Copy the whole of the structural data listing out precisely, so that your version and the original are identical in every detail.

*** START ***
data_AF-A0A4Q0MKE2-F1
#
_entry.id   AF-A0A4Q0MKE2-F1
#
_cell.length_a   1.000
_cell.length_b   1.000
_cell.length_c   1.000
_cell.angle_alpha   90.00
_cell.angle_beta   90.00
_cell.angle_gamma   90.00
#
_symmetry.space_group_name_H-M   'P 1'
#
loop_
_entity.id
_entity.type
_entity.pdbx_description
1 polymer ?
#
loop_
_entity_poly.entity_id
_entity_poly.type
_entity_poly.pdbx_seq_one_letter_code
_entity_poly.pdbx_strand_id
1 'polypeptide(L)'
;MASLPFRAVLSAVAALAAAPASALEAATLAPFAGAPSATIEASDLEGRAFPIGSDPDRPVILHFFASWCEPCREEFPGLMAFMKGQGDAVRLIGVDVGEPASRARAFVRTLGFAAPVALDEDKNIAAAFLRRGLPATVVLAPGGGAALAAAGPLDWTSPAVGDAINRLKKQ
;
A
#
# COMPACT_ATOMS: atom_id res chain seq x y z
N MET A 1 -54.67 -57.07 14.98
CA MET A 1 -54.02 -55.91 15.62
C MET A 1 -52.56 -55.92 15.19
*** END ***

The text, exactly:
data_AF-A0A4Q0MKE2-F1
#
_entry.id   AF-A0A4Q0MKE2-F1
#
_cell.length_a   1.000
_cell.length_b   1.000
_cell.length_c   1.000
_cell.angle_alpha   90.00
_cell.angle_beta   90.00
_cell.angle_gamma   90.00
#
_symmetry.space_group_name_H-M   'P 1'
#
loop_
_entity.id
_entity.type
_entity.pdbx_description
1 polymer ?
#
loop_
_entity_poly.entity_id
_entity_poly.type
_entity_poly.pdbx_seq_one_letter_code
_entity_poly.pdbx_strand_id
1 'polypeptide(L)'
;MASLPFRAVLSAVAALAAAPASALEAATLAPFAGAPSATIEASDLEGRAFPIGSDPDRPVILHFFASWCEPCREEFPGLMAFMKGQGDAVRLIGVDVGEPASRARAFVRTLGFAAPVALDEDKNIAAAFLRRGLPATVVLAPGGGAALAAAGPLDWTSPAVGDAINRLKKQ
;
A
#
# COMPACT_ATOMS: atom_id res chain seq x y z
N MET A 1 -54.67 -57.07 14.98
CA MET A 1 -54.02 -55.91 15.62
C MET A 1 -52.56 -55.92 15.19